LETTER TO THE EDITOR: The question isn’t who’s racist. It’s who’s a jerk.

Racism is hard. It’s hard because it is a thing that exists in all of us, even those of us with Liberal Arts educations. It’s hard because more often than not, it’s a question of feelings and feelings are nebulous. When I read Asha Alexander’s article, I found her struggling with her own feelings. It was a thoughtful and compelling piece, but even after multiple reads I don’t think she never quite managed to define what it was she found, for lack of a better word, racist in the Greek students stepping performance. I respected her feeling as legitimate, but I didn’t understand it fully. So I came up with a question I wanted to ask Asha so I could better understand what she was getting at, a question that I felt was, unlike almost every other question asked of her in the comments section, legitimate and possibly even productive. I wondered, What would respectful stepping by a bunch of white people look like? Would it be a step performance that even without black performers somehow demonstrated that it had an awareness and appreciation for the art form as an institution? For its history and significance?

This then, as all good questions do, got me to thinking. Somewhere deep down in the sea of obnoxiousness that followed Asha’s article, some young buck pointed out that nobody really considers Eric Clapton a racist for appropriating the blues even though the blues are ten times the holy institution to African-American culture that stepping is. I pondered this for a while, and it occurred to me that the reason that Eric Clapton or even Kurt Cobain isn’t a racist when they play old blues songs, is because when they play their music, when Cobain sings Robert Johnson’s “Where Did You Sleep Last Night,” it’s clear that they love and admire and believe in the art form. They’re engaging with it. Honoring it. That’s why it’s not racist. That’s why it’s not offensive. Yet, when I’m in my backyard pulling weeds and singing “Swing Low Sweet Chariot” in my best sick-moose falsetto, I am being a little offensive because even though I’m just screwing around and having fun and don’t mean any harm, I’m debasing, if you will, the sacred institution of the Negro spiritual.

It is my hunch, then, though I wasn’t there to see it, that the stepping performance that these Greeks engaged in was a pretty bad example of stepping. So bad in fact that what Asha was perhaps picking up on was that what the Greeks were doing did not seem like a step performance at all but a parody of stepping, an inadvertent parody maybe, but a parody nonetheless. This, then, is why it’s offensive, not because white people can’t steal black culture, or some ephemeral instance of white privilege, but because appropriating a distinctly black cultural form like stepping and then performing it badly, performing it in a way that degrades and insults that form, is to effectively fall into that white cultural art form of appropriating black culture as a way to mock black culture for a white audience—Black Face. Again, inadvertent Black Face, no ill intentions Black Face, no shoe polish on the face Black Face, but Black Face. The Black Face that perfectly decent people engage in everyday. The Black Face that we all participate in from time to time because we’re all racists, because we’re all Americans and America is racist society, and that society is what gave birth to us and imprinted itself on us, and from that we can never be free. It’s instinctive in who we are. We can do better, we can try harder, but we can never overcome, not even if we vote for Barack Obama, not even if we take an African-American studies class, not even if we have perfectly innocent intentions.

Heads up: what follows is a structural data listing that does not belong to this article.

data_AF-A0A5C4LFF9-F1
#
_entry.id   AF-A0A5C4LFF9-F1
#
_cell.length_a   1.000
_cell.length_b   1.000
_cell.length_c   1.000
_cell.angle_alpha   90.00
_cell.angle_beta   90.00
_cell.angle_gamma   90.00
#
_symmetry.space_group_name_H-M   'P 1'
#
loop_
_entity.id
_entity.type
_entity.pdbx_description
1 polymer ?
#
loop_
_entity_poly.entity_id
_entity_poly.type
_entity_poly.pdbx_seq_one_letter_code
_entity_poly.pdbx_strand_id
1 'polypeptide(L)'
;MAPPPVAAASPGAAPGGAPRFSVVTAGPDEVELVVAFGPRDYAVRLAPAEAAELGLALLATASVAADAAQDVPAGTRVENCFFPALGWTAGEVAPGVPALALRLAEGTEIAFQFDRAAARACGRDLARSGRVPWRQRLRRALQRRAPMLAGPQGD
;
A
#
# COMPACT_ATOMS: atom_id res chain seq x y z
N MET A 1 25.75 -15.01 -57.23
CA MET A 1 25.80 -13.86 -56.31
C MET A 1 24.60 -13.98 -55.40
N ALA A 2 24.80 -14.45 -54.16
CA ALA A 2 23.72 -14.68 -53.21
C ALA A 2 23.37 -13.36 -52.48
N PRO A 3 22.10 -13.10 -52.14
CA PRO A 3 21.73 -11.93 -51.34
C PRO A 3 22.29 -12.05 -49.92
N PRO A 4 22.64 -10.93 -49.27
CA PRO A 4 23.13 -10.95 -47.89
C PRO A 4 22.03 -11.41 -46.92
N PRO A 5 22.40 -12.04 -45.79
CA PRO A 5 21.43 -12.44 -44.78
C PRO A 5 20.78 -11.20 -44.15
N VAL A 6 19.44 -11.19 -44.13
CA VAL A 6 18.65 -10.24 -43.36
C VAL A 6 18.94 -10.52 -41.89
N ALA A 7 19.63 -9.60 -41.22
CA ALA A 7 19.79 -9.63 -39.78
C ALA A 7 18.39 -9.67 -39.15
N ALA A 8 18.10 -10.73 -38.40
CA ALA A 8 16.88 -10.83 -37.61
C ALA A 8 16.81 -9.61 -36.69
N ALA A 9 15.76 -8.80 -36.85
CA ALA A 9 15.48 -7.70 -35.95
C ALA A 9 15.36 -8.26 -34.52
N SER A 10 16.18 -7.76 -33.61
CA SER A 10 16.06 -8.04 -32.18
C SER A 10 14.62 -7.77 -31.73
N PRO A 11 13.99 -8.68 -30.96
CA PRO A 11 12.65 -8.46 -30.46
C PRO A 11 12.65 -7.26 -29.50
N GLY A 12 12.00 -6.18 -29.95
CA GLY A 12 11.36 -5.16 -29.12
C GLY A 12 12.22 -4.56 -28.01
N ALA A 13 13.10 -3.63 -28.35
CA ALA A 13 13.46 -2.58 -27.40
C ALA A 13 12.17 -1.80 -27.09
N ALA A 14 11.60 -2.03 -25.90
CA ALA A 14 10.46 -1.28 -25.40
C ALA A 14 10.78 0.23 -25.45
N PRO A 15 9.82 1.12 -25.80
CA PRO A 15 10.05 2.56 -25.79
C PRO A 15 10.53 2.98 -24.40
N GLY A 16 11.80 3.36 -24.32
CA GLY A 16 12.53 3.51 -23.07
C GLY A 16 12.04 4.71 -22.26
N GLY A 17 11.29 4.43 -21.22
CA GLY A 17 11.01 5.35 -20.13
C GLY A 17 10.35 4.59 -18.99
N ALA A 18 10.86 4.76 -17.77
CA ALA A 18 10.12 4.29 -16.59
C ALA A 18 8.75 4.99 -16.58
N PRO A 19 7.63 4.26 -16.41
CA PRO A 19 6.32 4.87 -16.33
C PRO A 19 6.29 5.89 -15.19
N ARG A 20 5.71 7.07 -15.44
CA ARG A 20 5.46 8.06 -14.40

The question can never be then, who is and isn’t a racist. Once we enter into that, no work can be done. We might as well all turn off the internet and go home. Instead, if there is moral in what Asha wrote and how we all responded, a teachable moment that allows all of us to be a little less racist, it’s not that black culture can’t be appropriated, not that you can’t sing the blues, or step, or play jazz trumpet, because so long as black culture remains compelling, those things are inevitable and ultimately productive because they allow those things to become part of our shared cultural heritage as Americans the same way that baseball or the Babylonian Exile became part of American black cultural heritage. It is only that when we make those appropriations, when we begin to make that effort to come together over these cultural products or institutions, we can’t be dunderheads about it. We can’t be haphazard. We can’t just be screwing around. We can’t do it just for the yucks, because to imitate other people’s cultures, their art forms and important traditions, as a joke, as a thing to be laughed at, no matter how well meaning, is to belittle them and degrade them, and belittling and degrading people, even inadvertently, makes you something worse than a racist, a jerk. Though, my dear Alleghenians, not one single one of you will ever cease to be a racist any more than you will cease to be a human being, what you can do, with effort and careful reflection, is to perhaps one day cease to be a jerk. And that is all anyone really asks of anyone.